Government agrees to process applications of more than 100 asylum seekers
A Vietnamese Montagnard family is moved to a United Nations safe house in Phnom Penh in this 2004 file photo. (Photo by Suy Se/AFP)
More than 100 Vietnamese asylum seekers in Cambodia were granted reprieve from planned deportations, one day ahead of Vietnam's Communist Party congress.
In late 2014, scores of Christian Montagnards began crossing the border, fleeing abuse in Vietnam — where authorities are known to forcibly prevent religious practices and violence in detention is widespread.
In spite of the known dangers, many were deported to Vietnam, while several dozen returned voluntarily after being told that their applications would not be processed.
Of more than 200 who arrived over the past 16 months, only 13 had been granted refugee status. The remaining were facing a February deadline to leave voluntarily or be forced out.
On Jan. 20 however, the Cambodian government abruptly changed its policy, announcing that they would process all remaining asylum seekers.
After a closed-door meeting with the United Nations refugee agency, UNHCR, Interior Ministry officials said they had agreed to allow "more than 100" Montagnards currently in the country to remain while their applications were pending.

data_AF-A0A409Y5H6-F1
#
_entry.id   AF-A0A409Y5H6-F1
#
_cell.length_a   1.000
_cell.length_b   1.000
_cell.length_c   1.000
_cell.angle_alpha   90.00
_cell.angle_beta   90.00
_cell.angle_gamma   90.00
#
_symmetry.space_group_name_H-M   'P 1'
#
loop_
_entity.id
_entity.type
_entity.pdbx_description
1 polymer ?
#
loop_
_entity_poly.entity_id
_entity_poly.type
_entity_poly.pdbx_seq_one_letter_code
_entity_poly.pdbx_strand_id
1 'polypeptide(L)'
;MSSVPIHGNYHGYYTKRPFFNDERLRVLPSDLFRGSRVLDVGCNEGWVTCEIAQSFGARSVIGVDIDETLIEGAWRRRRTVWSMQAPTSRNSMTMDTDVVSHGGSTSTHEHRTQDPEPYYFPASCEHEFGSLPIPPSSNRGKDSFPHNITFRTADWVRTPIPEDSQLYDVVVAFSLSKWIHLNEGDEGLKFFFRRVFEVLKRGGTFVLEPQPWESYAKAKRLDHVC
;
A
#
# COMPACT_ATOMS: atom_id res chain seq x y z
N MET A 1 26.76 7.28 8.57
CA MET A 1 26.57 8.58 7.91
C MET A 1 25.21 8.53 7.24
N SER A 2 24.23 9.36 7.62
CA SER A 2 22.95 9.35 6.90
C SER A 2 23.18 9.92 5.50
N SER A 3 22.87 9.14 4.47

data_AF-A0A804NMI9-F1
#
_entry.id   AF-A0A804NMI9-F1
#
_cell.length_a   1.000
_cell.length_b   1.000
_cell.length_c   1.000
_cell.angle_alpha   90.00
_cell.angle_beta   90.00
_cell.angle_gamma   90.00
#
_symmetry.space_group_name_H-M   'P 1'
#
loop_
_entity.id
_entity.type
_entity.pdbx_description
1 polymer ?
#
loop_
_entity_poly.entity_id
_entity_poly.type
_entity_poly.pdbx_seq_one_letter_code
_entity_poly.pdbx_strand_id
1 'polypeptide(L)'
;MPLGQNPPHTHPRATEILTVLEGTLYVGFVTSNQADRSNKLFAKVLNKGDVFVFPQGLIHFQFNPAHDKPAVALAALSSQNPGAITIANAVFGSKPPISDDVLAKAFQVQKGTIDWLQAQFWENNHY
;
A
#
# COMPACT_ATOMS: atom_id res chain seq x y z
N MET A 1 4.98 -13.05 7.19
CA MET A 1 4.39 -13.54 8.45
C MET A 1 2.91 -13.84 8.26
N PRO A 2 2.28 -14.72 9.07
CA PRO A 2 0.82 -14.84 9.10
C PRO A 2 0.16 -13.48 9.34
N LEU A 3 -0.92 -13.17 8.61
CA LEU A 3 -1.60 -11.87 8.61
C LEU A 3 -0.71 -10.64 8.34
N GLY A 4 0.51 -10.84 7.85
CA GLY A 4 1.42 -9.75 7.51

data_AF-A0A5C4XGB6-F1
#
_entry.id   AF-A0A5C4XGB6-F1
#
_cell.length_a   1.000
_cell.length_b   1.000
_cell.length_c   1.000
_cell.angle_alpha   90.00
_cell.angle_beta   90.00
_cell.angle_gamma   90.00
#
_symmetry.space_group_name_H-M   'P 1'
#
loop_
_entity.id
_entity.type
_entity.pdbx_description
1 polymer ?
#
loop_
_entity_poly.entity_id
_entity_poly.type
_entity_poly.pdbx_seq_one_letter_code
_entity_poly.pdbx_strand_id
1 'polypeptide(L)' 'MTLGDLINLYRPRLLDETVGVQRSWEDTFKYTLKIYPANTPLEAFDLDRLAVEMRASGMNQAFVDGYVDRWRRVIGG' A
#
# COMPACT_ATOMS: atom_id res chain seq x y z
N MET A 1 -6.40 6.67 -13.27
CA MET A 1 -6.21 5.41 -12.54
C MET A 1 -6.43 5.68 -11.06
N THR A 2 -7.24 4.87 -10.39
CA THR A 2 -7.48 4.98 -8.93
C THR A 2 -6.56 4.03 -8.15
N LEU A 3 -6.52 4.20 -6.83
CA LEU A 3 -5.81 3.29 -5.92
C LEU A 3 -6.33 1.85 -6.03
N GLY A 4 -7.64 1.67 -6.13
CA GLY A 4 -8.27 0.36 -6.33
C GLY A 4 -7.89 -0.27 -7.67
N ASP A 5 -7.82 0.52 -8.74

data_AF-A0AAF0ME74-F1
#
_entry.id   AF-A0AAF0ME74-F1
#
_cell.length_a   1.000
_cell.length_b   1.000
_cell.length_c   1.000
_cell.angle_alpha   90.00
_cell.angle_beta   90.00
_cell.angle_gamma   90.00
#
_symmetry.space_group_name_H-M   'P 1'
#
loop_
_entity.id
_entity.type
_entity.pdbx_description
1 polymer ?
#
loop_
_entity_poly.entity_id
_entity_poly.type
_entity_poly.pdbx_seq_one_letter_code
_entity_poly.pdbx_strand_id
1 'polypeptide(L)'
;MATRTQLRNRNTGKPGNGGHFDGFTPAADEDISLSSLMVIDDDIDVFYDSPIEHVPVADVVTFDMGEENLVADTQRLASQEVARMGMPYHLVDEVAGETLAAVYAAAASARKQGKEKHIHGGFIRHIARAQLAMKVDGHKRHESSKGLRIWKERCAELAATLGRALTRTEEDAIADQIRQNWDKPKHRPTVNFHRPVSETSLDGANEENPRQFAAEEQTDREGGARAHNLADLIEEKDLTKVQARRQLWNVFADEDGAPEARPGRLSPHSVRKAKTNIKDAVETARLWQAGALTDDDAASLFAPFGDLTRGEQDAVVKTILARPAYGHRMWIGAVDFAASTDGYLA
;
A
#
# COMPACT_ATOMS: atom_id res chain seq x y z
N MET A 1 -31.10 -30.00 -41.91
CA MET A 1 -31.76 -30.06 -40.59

"There's a group who have applied for refugee status and have been processed … they will be transferred," Lt. Gen. Por Phak told ucanews.com. "Those who have not yet been through the process will, hopefully in the near future."
The 13 Montagnards in the first group will be sent to the Philippines, though he did not know when or where they will stay until their applications for residency in a third country are processed.
The second group will be given interviews "hopefully in the near future."
Phak said the meeting resolved only the issue of the Montagnards already in the country and did not touch upon what might happen to future asylum seekers.
Montagnards, a blanket term for numerous ethnic minorities living in Vietnam's highlands, have long faced persecution at the hands of the Kinh-majority government.
"Montagnards are discriminated by Vietnamese authorities and Vietnam tries to force them to give up their belief," said Vu Quoc Ngu, head of Hanoi-based Defend the Defenders. "The discrimination is systematic."
Most Montagnards are Christians not officially recognized by the government.
Vietnam's Communist Party opened its eight-day party congress in Hanoi Jan. 21. Held every five years, the congress gathers together more than 1,500 Communist Party members to name the country's new top leaders.
While much of the decision-making happens ahead of time and behind the scenes, it represents a tense moment and is accompanied by increased repression and monitoring, said rights groups.
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